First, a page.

Mobile Support Equipment Operator
Mobile Support Equipment Operators operate military vehicles ranging in size from standard automobiles to snow removal equipment and all-terrain vehicles.
The primary responsibilities of the Mobile Support Equipment Operator are to:
- Operate buses, automobiles, trucks and tractor-trailers
- Operate specialized mobile equipment such as fuelling tankers, snowplows, tractors and all-terrain vehicles
- Receive, load, secure and unload materiel and equipment transported by road
- Provide transportation support for combat and field operations
- Maintain equipment in serviceable condition by cleaning, inspecting and correcting minor faults
- Prepare dispatch schedules and coordinate user requirements for vehicles and equipment
- Prepare and maintain job-related forms, records and reports
Mobile Support Equipment Operators encounter a variety of employment and environmental conditions as they are required to operate a broad range of mobile support equipment. Conditions may vary from working indoors on bases to working outdoors, especially during field operations and while on missions abroad.
Pay and career development
The starting salary for a fully trained Mobile Support Equipment Operator is $49,400 per year; however, depending on previous experience and training the starting salary may be higher. Mobile Support Equipment Operators who demonstrate the required ability, dedication and potential are selected for opportunities for career progression, promotion and advanced training.
Related civilian occupations
- Bus Driver
- Snow Removal Equipment Operator
- Dispatcher, Motor Vehicles
- Truck Driver
Basic military qualification
The first stage of training is the Basic Military Qualification course, or Basic Training, held at the Canadian Forces Leadership and Recruit School in Saint-Jean-sur-Richelieu, Quebec. This training provides the basic core skills and knowledge common to all trades. A goal of this course is to ensure that all recruits maintain the Forces physical fitness standard; as a result, the training is physically demanding.
Basic military qualification – land course
After Basic Training, Army recruits go to a Military Training centre for the Basic Military Qualification – Land Course for approximately one month, which covers the following topics:
- Army Physical Fitness
- Dismounted Offensive and Defensive Operations
- Reconnaissance Patrolling
- Individual Field Craft
Basic occupational qualification training
Mobile Support Equipment Operators attend training in Borden, Ontario, for approximately 87 days of training in the following areas:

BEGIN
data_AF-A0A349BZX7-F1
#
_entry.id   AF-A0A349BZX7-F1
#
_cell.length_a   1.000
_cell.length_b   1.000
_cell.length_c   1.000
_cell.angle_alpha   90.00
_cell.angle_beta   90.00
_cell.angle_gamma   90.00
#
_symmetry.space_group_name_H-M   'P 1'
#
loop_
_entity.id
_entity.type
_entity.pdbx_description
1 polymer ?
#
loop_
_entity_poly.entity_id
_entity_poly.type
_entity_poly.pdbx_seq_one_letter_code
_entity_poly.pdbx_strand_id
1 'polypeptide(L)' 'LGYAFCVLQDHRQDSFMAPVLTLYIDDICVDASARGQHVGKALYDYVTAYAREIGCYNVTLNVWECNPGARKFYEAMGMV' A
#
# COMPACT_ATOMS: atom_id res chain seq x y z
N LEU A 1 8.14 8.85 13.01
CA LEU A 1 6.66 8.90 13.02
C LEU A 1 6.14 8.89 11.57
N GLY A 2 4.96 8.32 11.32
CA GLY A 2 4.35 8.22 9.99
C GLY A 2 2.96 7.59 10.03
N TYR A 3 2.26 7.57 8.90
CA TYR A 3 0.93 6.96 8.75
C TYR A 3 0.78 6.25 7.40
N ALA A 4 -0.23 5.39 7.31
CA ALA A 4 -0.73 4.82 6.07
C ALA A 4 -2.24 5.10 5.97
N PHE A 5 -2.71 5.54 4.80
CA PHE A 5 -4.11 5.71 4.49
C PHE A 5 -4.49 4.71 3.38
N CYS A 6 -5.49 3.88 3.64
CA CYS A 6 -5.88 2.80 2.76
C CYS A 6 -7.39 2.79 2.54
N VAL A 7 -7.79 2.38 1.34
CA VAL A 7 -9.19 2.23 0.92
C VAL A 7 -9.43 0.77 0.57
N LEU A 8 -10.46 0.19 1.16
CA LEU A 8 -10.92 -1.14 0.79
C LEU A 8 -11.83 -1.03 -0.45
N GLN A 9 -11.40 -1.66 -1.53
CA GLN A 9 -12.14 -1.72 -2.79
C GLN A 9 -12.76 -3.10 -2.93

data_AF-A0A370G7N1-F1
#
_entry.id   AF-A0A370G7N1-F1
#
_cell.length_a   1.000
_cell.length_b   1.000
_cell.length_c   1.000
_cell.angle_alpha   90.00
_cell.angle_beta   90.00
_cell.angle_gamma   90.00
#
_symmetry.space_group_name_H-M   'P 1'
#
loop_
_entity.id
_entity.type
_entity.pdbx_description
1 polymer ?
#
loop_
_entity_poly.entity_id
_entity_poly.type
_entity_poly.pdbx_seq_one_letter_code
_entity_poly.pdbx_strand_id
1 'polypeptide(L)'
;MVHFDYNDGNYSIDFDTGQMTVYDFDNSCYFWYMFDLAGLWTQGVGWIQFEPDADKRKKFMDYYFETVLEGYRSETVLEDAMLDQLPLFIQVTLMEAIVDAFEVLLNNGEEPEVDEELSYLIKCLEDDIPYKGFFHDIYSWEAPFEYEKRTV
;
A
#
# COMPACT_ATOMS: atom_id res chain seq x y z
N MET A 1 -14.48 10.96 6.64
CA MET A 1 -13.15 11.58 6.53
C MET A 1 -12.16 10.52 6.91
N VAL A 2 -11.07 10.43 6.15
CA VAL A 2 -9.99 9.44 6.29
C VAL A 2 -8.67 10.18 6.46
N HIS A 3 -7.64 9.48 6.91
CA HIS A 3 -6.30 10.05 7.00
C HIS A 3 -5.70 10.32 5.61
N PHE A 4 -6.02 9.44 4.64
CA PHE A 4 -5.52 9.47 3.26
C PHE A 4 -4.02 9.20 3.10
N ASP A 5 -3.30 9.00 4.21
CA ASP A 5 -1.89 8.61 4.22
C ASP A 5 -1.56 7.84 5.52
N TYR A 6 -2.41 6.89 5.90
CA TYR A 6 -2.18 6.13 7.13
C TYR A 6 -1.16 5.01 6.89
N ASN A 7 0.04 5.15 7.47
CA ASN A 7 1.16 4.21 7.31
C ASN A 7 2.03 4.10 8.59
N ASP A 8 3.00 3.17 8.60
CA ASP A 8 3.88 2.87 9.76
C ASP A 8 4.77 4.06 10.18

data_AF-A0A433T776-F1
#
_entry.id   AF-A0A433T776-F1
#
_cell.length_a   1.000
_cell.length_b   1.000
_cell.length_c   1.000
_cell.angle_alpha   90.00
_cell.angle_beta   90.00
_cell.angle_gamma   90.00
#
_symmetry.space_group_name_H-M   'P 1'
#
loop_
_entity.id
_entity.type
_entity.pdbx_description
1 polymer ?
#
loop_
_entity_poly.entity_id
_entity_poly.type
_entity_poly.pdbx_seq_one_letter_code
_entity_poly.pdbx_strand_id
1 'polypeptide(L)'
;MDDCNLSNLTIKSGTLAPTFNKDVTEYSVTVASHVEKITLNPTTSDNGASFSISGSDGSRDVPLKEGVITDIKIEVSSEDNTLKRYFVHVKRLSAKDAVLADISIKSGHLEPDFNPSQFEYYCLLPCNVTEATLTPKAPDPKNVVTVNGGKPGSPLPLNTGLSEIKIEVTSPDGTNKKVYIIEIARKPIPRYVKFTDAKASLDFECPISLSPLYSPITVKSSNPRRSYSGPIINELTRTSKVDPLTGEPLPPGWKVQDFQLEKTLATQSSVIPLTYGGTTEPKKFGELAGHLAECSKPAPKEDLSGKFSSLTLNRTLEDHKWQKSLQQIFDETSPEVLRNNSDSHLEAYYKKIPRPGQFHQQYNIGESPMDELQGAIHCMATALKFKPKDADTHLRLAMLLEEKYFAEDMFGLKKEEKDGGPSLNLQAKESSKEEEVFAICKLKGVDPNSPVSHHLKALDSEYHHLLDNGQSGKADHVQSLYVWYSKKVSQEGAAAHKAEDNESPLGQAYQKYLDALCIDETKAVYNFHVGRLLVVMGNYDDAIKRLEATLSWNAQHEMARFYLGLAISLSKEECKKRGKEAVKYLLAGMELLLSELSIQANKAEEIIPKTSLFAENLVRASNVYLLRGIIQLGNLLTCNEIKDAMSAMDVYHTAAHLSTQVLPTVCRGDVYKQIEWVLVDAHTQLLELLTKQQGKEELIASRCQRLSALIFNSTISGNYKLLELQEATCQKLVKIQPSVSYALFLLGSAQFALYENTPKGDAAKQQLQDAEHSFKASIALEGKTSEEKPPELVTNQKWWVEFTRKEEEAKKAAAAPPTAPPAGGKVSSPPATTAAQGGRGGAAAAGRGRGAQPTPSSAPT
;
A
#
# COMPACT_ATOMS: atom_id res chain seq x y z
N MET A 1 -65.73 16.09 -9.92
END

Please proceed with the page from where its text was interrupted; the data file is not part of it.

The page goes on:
- Operation of both standard and automatic shift vehicles including Standard Military Pattern vehicles
- Field operations, camouflage, re-supply techniques
- Tactical/Administrative Road moves
- Operation of vehicle systems and components
- Vehicle recovery
- Use of military maps
- Basic knowledge of Air Field Operations
- Dangerous Goods
- Dangerous Goods Instructor
Mobile Support Equipment Operators may be offered the opportunity to develop specialized skills through formal courses and on-the-job training, including:
- Safety Supervisor
- Evasive Anti-terrorist Driver
- Evasive Anti-terrorist Driver Instructor
- Tractor-trailer Instructor
- Bus Instructor
- Instructional Techniques
- Air Brake Systems Instructor
- Master Driver
As they progress in their career, Mobile Support Equipment Operators who demonstrate the required ability and potential will be offered advanced training. Available courses include:
- Section Commander training
- Middle management
- Fleet management
The minimum required education to apply for this position is the completion of the provincial requirements for Grade 10 or Secondaire IV in Quebec. Foreign education may be accepted.
This occupation is available part-time within the following environments: Army, Air Force
Serve with the Reserve Force
This position is available for part-time employment with the Primary Reserve at certain locations across Canada. Reserve Force members usually serve part time in their community, and may serve while going to school or working at a civilian job. They are paid during their training. They are not posted or required to do a military move. However, they can volunteer to move to another base. They may also volunteer for deployment on a military mission within or outside Canada.
Mobile Support Equipment Operators may serve with the Canadian Army or the Royal Canadian Air Force. They are employed to operate military vehicles supporting Canadian Armed Forces (CAF) training and operations. Those employed on a part-time or casual full-time basis usually serve at a military base, wing or unit located within Canada.
Reserve Force training
Reserve Force members are trained to the same level as their Regular Force counterparts. They usually begin training with their home unit to ensure that they meet the required basic professional military standards. Following basic military training, occupational training for Mobile Support Equipment Operators requires about 70 days and is conducted at Canadian Forces Logistics Training Centre in Borden, Ontario.
Reserve Force members usually serve part-time with their home unit for scheduled evenings and weekends, although they may also serve in full-time positions at some units for fixed terms, depending on the type of work that they do. They are paid 85 percent of Regular Force rates of pay, receive a reasonable benefits package and may qualify to contribute to a pension plan.
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